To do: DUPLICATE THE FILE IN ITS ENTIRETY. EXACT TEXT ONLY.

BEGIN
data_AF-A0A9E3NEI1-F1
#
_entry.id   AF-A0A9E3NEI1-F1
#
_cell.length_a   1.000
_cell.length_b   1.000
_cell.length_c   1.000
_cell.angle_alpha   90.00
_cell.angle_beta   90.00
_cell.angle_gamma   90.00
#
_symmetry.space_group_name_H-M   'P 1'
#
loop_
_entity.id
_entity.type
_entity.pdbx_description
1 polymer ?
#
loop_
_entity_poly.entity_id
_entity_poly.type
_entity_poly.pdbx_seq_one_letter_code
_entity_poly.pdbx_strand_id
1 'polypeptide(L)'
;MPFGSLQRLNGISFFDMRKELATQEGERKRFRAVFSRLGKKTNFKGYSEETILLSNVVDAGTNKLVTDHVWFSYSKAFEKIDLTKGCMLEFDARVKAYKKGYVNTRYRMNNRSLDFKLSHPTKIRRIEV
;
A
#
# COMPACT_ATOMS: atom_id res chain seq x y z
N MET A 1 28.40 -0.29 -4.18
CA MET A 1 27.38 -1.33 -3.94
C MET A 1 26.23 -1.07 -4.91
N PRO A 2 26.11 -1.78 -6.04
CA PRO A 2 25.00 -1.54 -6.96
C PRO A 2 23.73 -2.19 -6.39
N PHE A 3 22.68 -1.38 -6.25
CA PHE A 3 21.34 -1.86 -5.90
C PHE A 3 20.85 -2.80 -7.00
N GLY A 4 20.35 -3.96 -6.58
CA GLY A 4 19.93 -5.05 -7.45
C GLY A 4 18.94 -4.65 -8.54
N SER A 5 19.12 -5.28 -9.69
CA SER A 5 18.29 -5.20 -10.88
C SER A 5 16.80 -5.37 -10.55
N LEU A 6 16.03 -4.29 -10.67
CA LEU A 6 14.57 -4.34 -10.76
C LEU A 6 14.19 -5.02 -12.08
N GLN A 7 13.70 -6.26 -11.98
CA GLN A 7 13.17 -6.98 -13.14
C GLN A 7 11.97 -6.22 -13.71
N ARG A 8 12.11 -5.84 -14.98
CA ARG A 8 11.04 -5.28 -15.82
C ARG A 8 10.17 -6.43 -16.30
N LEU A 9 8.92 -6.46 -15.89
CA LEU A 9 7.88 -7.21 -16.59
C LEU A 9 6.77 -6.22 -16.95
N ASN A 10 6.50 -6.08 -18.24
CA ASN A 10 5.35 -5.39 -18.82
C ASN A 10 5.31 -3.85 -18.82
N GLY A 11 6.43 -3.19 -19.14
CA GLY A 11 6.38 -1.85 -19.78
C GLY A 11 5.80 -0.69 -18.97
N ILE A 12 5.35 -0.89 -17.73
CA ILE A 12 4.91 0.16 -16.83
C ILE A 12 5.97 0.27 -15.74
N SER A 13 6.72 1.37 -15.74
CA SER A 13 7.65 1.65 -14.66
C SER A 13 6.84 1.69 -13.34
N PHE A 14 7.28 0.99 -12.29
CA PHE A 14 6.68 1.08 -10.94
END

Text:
data_AF-A0A9E3NEI1-F1
#
_entry.id   AF-A0A9E3NEI1-F1
#
_cell.length_a   1.000
_cell.length_b   1.000
_cell.length_c   1.000
_cell.angle_alpha   90.00
_cell.angle_beta   90.00
_cell.angle_gamma   90.00
#
_symmetry.space_group_name_H-M   'P 1'
#
loop_
_entity.id
_entity.type
_entity.pdbx_description
1 polymer ?
#
loop_
_entity_poly.entity_id
_entity_poly.type
_entity_poly.pdbx_seq_one_letter_code
_entity_poly.pdbx_strand_id
1 'polypeptide(L)'
;MPFGSLQRLNGISFFDMRKELATQEGERKRFRAVFSRLGKKTNFKGYSEETILLSNVVDAGTNKLVTDHVWFSYSKAFEKIDLTKGCMLEFDARVKAYKKGYVNTRYRMNNRSLDFKLSHPTKIRRIEV
;
A
#
# COMPACT_ATOMS: atom_id res chain seq x y z
N MET A 1 28.40 -0.29 -4.18
CA MET A 1 27.38 -1.33 -3.94
C MET A 1 26.23 -1.07 -4.91
N PRO A 2 26.11 -1.78 -6.04
CA PRO A 2 25.00 -1.54 -6.96
C PRO A 2 23.73 -2.19 -6.39
N PHE A 3 22.68 -1.38 -6.25
CA PHE A 3 21.34 -1.86 -5.90
C PHE A 3 20.85 -2.80 -7.00
N GLY A 4 20.35 -3.96 -6.58
CA GLY A 4 19.93 -5.05 -7.45
C GLY A 4 18.94 -4.65 -8.54
N SER A 5 19.12 -5.28 -9.69
CA SER A 5 18.29 -5.20 -10.88
C SER A 5 16.80 -5.37 -10.55
N LEU A 6 16.03 -4.29 -10.67
CA LEU A 6 14.57 -4.34 -10.76
C LEU A 6 14.19 -5.02 -12.08
N GLN A 7 13.70 -6.26 -11.98
CA GLN A 7 13.17 -6.98 -13.14
C GLN A 7 11.97 -6.22 -13.71
N ARG A 8 12.11 -5.84 -14.98
CA ARG A 8 11.04 -5.28 -15.82
C ARG A 8 10.17 -6.43 -16.30
N LEU A 9 8.92 -6.46 -15.89
CA LEU A 9 7.88 -7.21 -16.59
C LEU A 9 6.77 -6.22 -16.95
N ASN A 10 6.50 -6.08 -18.24
CA ASN A 10 5.35 -5.39 -18.82
C ASN A 10 5.31 -3.85 -18.82
N GLY A 11 6.43 -3.19 -19.14
CA GLY A 11 6.38 -1.85 -19.78
C GLY A 11 5.80 -0.69 -18.97
N ILE A 12 5.35 -0.89 -17.73
CA ILE A 12 4.91 0.16 -16.83
C ILE A 12 5.97 0.27 -15.74
N SER A 13 6.72 1.37 -15.74
CA SER A 13 7.65 1.65 -14.66
C SER A 13 6.84 1.69 -13.34
N PHE A 14 7.28 0.99 -12.29
CA PHE A 14 6.68 1.08 -10.94